Borderline personality disorder and nutrition

10-second takeaway: Patients with BPD may have certain nutritional requirements including vitamin D, omega-3, magnesium and nutrients associated with bone health. More research is needed in this area.

What is Borderline personality disorder?

Borderline personality disorder (BPD), also known as Emotionally Unstable Personality Disorder (EUPD), is a complex psychiatric disorder characterised by dichotomous thinking, extreme emotional instability and mood swings, intense persistent fear of abandonment and interpersonal relationship difficulties. Women and men are equally affected by BPD, but women are more frequently diagnosed (Grant et al., 2008). 

There is much debate regarding BPD, and diagnosis can depend greatly upon the physician who is seen. Sometimes BPD can be misdiagnosed in place of post-traumatic stress disorder (PTSD) as both conditions share some common symptomatology. Autism can also sometimes be misdiagnosed as BPD due to the way autism manifests differently in women and some of the social and emotional overlaps between the two conditions. 

Diagnosis of BPD is more prevalent in individuals who have experienced domestic abuse as children or adults. Emotional abuse in childhood has also been strongly associated with BPD development, and it’s been suggested that childhood abuse of all kinds is present in the personal histories of around 90% of all individuals who are diagnosed with BPD. Presently, the treatment offered may involve CBT (cognitive behavioural therapy), mentalisation therapy group therapy and art therapy. There are no medications currently licensed to treat BPD specifically.

What nutritional support may be needed for patients living with borderline personality disorder? 

Current research has identified that gut-brain axis disruption, neurotransmitter imbalances and fluctuations in oestrogen levels appear to play a role in the development of BPD. An interesting observation made by one paper suggested that women with BPD have been indicated to be at higher risk of developing bone disorders, such as osteoporosis.


Very little research to date has been conducted on how nutrition may support individuals with BPD. Some evidence has indicated that omega-3 may help to reduce the severity of symptoms in women with BPD, particularly with relation to impulsivity. Omega-3 has also been suggested to be beneficial in conjunction with valproic acid, with beneficial effects continuing to be observed following cessation of supplementation in a follow-up study, particularly for outbursts of anger. Moreover, another study indicated that omega-3 supplementation, in the form of EPA, was beneficial for reducing symptoms of aggression in women with BPD.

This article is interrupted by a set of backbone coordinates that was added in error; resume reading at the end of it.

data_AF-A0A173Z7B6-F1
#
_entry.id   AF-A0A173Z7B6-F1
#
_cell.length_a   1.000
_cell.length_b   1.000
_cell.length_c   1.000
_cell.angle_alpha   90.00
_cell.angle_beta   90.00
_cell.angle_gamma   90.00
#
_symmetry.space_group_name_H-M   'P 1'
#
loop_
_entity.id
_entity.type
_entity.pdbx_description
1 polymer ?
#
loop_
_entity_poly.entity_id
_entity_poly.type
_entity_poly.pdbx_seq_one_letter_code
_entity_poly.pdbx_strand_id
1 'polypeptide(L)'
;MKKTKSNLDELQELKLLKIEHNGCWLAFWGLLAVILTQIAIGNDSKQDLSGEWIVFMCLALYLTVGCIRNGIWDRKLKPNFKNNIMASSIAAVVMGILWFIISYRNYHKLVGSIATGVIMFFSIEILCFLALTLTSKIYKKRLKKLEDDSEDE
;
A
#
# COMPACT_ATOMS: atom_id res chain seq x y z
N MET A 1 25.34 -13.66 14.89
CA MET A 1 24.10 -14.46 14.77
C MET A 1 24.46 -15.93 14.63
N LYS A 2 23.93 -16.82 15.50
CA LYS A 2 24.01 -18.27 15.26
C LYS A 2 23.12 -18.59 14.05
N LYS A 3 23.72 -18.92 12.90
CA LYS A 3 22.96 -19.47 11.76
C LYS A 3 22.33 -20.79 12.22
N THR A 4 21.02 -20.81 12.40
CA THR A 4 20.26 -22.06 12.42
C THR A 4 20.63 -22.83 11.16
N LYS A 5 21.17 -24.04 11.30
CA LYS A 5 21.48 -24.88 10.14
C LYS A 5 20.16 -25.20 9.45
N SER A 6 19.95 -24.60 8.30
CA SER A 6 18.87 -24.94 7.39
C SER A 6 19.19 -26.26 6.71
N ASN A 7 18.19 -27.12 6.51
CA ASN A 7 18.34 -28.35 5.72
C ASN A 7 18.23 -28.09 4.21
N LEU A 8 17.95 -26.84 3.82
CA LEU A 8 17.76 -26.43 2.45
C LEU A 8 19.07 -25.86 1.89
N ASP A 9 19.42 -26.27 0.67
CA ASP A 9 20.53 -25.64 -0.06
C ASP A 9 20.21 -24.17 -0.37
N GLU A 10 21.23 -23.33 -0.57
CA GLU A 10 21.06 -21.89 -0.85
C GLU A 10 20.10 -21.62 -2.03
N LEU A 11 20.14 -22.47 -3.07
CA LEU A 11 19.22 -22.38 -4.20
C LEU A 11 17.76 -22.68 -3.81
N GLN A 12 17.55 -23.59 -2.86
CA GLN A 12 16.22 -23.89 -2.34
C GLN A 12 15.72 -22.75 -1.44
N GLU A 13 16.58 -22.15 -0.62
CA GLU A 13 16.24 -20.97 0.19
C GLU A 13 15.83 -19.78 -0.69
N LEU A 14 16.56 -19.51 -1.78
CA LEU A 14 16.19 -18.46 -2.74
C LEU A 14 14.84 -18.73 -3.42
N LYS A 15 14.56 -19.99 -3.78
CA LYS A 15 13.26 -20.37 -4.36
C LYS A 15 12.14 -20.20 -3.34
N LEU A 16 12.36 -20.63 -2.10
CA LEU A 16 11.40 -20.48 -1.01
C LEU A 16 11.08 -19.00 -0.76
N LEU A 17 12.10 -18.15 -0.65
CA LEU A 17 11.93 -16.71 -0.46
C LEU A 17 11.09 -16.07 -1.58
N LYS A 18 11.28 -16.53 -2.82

Vitamin D

Although Vitamin D has not been studied in relation to BPD, lower levels have been commonly observed in individuals experiencing suicidality, which is a key feature of the condition. 


Interestingly, magnesium deficiency has also been observed in samples of women with BPD, although this area remains under-researched.

Brain and bone health for borderline personality disorder

Notably, all these nutrients play a key role in brain function and mood stability, as well as bone health and structure, which could account for the observed link between BPD and osteoporosis. It is also interesting to consider the shared mechanism of changes in oestrogen levels in both BPD and osteoporosis. 

Moreover, other nutrients associated with bone health that have been studied with regards to osteoporosis, such as calcium and vitamin D, magnesium, B vitamins, vitamin K, manganese, iron, selenium and copper, as well as omega-3 could be key targets for further research in this area.

Key takeaways

  • Borderline personality disorder (BPD), otherwise known as emotionally unstable personality disorder (EUPD), is a complex psychiatric condition. Research suggests it may include features of gut-brain axis disruption, neurochemical imbalance and fluctuations in oestrogen level
  • Patients with BPD may have specific nutritional needs including vitamin D, omega-3 and magnesium, although there is not much research to-date
  • The neurochemical and hormonal interplay suggest a possible link between brain and bone health in BPD, and therefore nutrients associated with bone health may need to be considered.


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About the author

Alice Benskin BSc MSc RNutr is senior nutritionist at Nutritank. She has a BSc in Nutrition Science and MSc in Personalised Nutrition and has worked over the past 10 years in the food industry, agriculture, nutrition education and research. 

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